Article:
This I Believe

Cindy - ardmore, Pennsylvania
Entered on January 13, 2007
Age Group: 50 - 65
  • Podcasts

    Sign up for our free, weekly podcast of featured essays. You can download recent episodes individually, or subscribe to automatically receive each podcast. Learn more.

  • FAQ

    Frequently asked questions about the This I Believe project, educational opportunities and more...

  • Top Essays USB Drive

    This USB drive contains 100 of the top This I Believe audio broadcasts of the last ten years, plus some favorites from Edward R. Murrow's radio series of the 1950s. It's perfect for personal or classroom use! Click here to learn more.

I believe in small spaces. Living spaces, that is. This belief can be traced back to my childhood. For Christmas one year I received a set of tiny plastic dolls. I made a home for them from an old shoebox. I cut a flap in the

cardboard for a door and I fashioned beds for them from those little squares of cotton that you find in jewelry gift boxes. The following year I was given a fully furnished two story dollhouse. I moved the family into this house but somehow it just didn’t feel right. As I explained to my father, after I had relocated them back to their original home, “They’re shoebox people.” It was true. They were shoebox people because the imaginary lives I had created for them were rooted in that simpler setting.

As an adult, the first place where I lived by

myself was an efficiency apartment. For six years, I lived in what amounted to one large room and I was quite content. Friends would visit and ask how I could stay in such a confined space. My standard answer was that a person could only be in one room at a time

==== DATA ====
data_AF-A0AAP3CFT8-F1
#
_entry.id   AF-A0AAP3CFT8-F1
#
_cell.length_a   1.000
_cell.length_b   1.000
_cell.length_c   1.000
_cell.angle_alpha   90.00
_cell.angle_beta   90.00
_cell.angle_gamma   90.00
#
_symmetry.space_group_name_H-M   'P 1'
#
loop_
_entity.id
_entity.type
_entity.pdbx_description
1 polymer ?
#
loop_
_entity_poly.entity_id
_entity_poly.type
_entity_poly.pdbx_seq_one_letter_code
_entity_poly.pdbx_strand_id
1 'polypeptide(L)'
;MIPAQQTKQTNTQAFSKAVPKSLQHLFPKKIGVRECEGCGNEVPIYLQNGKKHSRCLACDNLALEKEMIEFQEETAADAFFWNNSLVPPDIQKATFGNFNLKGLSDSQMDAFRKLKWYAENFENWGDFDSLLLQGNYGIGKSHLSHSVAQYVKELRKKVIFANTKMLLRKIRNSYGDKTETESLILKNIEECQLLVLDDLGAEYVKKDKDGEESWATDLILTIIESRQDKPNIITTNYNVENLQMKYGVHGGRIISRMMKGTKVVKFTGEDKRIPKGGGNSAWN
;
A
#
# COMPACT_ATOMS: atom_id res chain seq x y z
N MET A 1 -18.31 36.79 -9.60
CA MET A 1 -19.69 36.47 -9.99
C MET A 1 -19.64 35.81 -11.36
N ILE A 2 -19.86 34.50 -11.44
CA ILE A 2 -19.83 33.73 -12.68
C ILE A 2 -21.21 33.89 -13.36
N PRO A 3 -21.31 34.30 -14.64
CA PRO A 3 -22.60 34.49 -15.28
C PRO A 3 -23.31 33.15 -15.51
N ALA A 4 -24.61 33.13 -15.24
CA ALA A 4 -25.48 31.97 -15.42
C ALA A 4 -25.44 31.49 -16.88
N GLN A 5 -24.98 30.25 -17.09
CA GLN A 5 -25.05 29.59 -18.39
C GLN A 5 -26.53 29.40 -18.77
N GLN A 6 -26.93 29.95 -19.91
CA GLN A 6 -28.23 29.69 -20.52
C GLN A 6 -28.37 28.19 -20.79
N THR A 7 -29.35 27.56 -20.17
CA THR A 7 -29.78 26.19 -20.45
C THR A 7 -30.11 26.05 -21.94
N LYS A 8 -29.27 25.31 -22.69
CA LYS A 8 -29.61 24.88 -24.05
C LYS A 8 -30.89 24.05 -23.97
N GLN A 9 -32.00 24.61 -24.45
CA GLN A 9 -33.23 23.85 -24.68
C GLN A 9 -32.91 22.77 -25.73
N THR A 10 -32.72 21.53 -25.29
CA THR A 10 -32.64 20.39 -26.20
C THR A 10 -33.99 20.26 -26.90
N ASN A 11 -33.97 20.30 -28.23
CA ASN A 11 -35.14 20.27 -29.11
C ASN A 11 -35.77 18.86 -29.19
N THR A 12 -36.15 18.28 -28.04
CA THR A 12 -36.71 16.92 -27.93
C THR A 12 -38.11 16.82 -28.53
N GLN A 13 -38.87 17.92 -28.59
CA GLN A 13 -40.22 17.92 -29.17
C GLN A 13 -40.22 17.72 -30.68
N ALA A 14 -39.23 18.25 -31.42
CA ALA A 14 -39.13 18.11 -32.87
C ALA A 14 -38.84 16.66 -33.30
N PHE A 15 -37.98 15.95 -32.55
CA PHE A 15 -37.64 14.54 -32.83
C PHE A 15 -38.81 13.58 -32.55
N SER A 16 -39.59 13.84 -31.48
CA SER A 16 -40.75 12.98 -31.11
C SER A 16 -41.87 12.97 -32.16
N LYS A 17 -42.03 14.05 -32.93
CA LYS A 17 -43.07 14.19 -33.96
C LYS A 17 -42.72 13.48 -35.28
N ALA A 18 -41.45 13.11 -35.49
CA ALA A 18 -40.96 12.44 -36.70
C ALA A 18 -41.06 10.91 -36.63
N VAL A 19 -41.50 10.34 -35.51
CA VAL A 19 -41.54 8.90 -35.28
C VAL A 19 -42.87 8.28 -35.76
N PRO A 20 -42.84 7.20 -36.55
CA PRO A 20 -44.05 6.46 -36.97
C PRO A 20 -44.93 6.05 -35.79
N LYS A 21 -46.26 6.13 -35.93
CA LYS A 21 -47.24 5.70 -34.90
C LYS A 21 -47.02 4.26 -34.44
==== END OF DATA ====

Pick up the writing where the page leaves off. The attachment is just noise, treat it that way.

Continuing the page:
anyway. Almost everything I needed was right there in front of me.

My life changed and I moved on to other spaces, all of them larger than that first spot where I had lived on my own. It has been many years since I left apartment 2C behind, but I still have dreams about it. In the dream, I

am trying to get into the apartment but I don’t have a key, or someone else already lives there. Something always blocks my entry into that place where my life was simpler and anything that mattered was within an easy reach.

The artist Hans Hoffman said that the ability to simplify means to eliminate the unnecessary so that the necessary may speak.

I believe that living in a small space offered me

more oppurtunities to listen to the necessary. It gave me a quiet nest to return to each day, a place to restore my sense of self.

At the moment, I live in a small house with my teenage son. I still have less material possesions than most people I know, and that’s the way I prefer it. But someday I hope to move to a space kind of like that shoebox. A cozy little place that I know will feel just right.